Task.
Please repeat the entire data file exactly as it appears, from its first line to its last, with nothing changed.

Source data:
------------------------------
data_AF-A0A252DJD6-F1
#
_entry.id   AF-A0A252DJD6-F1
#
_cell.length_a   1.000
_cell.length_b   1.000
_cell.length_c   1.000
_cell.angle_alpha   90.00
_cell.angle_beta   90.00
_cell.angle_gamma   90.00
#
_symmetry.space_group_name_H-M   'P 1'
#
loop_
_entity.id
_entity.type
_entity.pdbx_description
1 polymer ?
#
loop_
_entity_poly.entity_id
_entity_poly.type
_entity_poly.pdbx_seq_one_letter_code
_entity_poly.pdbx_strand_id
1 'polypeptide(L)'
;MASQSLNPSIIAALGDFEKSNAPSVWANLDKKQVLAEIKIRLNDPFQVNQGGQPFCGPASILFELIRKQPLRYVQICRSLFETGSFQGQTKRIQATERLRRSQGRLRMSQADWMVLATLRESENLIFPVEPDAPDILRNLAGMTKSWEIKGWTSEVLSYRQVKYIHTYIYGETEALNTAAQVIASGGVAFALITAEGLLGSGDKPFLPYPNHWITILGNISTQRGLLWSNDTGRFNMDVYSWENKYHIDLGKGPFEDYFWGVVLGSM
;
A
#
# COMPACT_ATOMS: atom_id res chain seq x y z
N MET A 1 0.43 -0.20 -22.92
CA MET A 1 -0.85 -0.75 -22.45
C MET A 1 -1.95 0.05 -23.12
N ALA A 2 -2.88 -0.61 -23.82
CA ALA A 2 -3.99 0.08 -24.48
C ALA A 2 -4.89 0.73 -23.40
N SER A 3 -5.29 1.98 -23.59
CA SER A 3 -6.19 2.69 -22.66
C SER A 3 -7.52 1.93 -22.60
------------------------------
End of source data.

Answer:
data_AF-A0A252DJD6-F1
#
_entry.id   AF-A0A252DJD6-F1
#
_cell.length_a   1.000
_cell.length_b   1.000
_cell.length_c   1.000
_cell.angle_alpha   90.00
_cell.angle_beta   90.00
_cell.angle_gamma   90.00
#
_symmetry.space_group_name_H-M   'P 1'
#
loop_
_entity.id
_entity.type
_entity.pdbx_description
1 polymer ?
#
loop_
_entity_poly.entity_id
_entity_poly.type
_entity_poly.pdbx_seq_one_letter_code
_entity_poly.pdbx_strand_id
1 'polypeptide(L)'
;MASQSLNPSIIAALGDFEKSNAPSVWANLDKKQVLAEIKIRLNDPFQVNQGGQPFCGPASILFELIRKQPLRYVQICRSLFETGSFQGQTKRIQATERLRRSQGRLRMSQADWMVLATLRESENLIFPVEPDAPDILRNLAGMTKSWEIKGWTSEVLSYRQVKYIHTYIYGETEALNTAAQVIASGGVAFALITAEGLLGSGDKPFLPYPNHWITILGNISTQRGLLWSNDTGRFNMDVYSWENKYHIDLGKGPFEDYFWGVVLGSM
;
A
#
# COMPACT_ATOMS: atom_id res chain seq x y z
N MET A 1 0.43 -0.20 -22.92
CA MET A 1 -0.85 -0.75 -22.45
C MET A 1 -1.95 0.05 -23.12
N ALA A 2 -2.88 -0.61 -23.82
CA ALA A 2 -3.99 0.08 -24.48
C ALA A 2 -4.89 0.73 -23.40
N SER A 3 -5.29 1.98 -23.59
CA SER A 3 -6.19 2.69 -22.66
C SER A 3 -7.52 1.93 -22.60